Thievery occurs in agriculture too

By Glenda Price

Manufacturers build big warehouses for storage of their products so they won’t be stolen. Agriculturists can’t do that. Crops in the field can’t be locked up. Neither can cattle or sheep — or horses.

Since prevention is difficult, punishment after the fact was considered the next best option, the sooner the better, in the old days. So horse thieves were summarily hanged from the nearest big tree.

Actually, cattle rustlers and horse thieves were the main reasons for the formation of livestock associations in the late 1800s and for branding livestock to prove ownership.

The possibility of theft also is why most ranches don’t have their shipping pens and loading chutes near a highway. No use making the thieves’ getaway easier.

Times have changed. Nowadays ranchers are liable to find abandoned horses in their pastures since it’s now illegal for old horses to be humanely killed and made into glue, leather, etc.

Of course there is grand theft and then there is little theft — and getaways and “eataways.” All my Texas friends have stories about their raids on watermelon patches. They tell me the taste of watermelon bought in a store can’t begin to compare to the scrumptiousness of that fresh off the vine.

So is there a bit of chicanery in all of us? That’s a scary thought, especially when you’ve been on the losing end of it.

Our losing end was pecans. For awhile we had a few pecan trees on our place. One year they produced well and the price was good. We did the tree shaking, gathered them off the ground and put them in gunny sacks. After we got six or seven sacks full, we set them beside the garage and went to town to purchase more bags.

When we got back all the sacks were gone. When the deputy sheriff came out to investigate and we asked about the chances of recovery he laughed.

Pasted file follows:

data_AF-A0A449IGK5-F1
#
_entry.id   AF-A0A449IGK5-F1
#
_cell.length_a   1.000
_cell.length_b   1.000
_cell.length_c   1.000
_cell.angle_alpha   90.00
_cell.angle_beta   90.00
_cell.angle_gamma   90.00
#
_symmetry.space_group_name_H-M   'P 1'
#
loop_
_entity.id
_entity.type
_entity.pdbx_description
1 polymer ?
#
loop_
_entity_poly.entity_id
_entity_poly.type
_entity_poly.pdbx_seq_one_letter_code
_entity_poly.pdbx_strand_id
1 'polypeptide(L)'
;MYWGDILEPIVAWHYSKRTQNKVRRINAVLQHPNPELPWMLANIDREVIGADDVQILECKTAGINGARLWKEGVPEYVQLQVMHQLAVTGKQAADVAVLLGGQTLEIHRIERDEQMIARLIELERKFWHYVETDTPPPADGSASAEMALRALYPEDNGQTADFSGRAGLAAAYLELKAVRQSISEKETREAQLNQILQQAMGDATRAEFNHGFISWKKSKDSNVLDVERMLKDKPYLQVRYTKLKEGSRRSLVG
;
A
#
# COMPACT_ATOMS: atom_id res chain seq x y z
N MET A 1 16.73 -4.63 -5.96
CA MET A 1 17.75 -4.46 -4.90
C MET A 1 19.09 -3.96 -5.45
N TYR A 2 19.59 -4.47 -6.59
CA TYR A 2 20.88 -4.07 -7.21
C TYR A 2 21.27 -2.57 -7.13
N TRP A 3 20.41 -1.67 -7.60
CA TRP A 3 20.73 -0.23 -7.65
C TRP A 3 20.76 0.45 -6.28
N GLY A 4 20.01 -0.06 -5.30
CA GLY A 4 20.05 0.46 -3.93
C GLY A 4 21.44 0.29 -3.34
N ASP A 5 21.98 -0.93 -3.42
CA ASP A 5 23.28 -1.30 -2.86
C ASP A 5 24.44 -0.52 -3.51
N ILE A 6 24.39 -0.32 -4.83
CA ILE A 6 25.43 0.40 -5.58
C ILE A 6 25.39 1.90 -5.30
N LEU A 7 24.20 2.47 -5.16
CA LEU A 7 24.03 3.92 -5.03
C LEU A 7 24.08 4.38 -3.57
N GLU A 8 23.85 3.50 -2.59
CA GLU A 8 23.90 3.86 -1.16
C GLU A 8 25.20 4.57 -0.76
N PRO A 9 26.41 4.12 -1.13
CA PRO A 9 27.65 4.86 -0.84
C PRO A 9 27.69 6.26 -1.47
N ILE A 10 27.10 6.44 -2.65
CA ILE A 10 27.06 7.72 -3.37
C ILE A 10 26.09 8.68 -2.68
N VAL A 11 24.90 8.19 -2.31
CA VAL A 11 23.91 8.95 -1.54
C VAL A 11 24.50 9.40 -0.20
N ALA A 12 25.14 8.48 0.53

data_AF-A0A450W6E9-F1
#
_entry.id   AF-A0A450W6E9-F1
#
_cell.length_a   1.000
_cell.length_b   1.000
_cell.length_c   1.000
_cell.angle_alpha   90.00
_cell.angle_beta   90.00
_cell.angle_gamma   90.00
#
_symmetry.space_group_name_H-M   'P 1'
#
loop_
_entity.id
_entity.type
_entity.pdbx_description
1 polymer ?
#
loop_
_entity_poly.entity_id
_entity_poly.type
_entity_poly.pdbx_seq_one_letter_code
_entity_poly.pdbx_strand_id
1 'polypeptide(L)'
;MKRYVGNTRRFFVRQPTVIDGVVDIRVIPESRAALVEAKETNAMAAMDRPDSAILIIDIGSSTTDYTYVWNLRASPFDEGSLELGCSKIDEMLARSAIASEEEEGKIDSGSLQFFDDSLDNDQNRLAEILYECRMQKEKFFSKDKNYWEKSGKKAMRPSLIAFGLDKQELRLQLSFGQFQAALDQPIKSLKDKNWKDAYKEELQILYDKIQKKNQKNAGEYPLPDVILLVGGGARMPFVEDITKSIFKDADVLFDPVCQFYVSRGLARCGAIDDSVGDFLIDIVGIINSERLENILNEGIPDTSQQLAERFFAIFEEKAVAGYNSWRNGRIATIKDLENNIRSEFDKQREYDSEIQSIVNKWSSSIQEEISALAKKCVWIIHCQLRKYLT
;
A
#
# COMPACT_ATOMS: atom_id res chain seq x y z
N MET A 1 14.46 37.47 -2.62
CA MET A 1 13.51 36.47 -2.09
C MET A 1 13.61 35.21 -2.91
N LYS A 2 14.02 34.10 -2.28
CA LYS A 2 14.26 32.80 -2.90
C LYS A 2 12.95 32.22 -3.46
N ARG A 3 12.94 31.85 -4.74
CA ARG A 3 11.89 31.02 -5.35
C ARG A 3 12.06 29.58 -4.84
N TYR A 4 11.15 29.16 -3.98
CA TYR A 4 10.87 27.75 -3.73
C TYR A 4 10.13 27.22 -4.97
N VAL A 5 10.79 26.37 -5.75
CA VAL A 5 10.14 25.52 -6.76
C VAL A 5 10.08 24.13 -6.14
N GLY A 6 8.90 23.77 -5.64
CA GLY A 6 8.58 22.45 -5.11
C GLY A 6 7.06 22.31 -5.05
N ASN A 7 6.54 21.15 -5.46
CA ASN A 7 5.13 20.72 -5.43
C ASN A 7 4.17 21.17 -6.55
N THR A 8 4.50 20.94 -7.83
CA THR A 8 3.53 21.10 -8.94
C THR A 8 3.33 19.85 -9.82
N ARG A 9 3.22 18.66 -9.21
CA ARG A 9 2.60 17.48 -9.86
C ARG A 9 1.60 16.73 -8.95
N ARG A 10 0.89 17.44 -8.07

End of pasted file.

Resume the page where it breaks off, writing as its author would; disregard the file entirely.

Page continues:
Then he told us about a fellow who lived a couple of miles down the road from us, a Mr. Abernathy. He owned a fairly large pecan orchard, and had paid for the tree shaker and hired help to gather the nuts. They put the full gunny sacks — probably 100 of them — in a big trailer and parked it by his barn.

Just before dark he happened to be inside the barn when he heard a truck motor. He looked out the small window and darned if a strange truck wasn’t backing up to his trailer. Two guys hitched the trailer to their truck and started driving off!

At that, Mr. Abernathy came out of his shock and sprinted out the door. By then the rig was moving fairly fast, but he made a flying leap and landed like a huge frog among the sacks.

This was in the days before cell phones, so he just hung on. Imagine the thieves’ surprise when they drove into the pecan purchasing place and Mr. Abernathy jumped off the trailer. He was not happy, and soon the thieves weren’t, either.

Glenda Price has been a contributing editor to New Mexico Stockman magazine since 1982. Contact her at: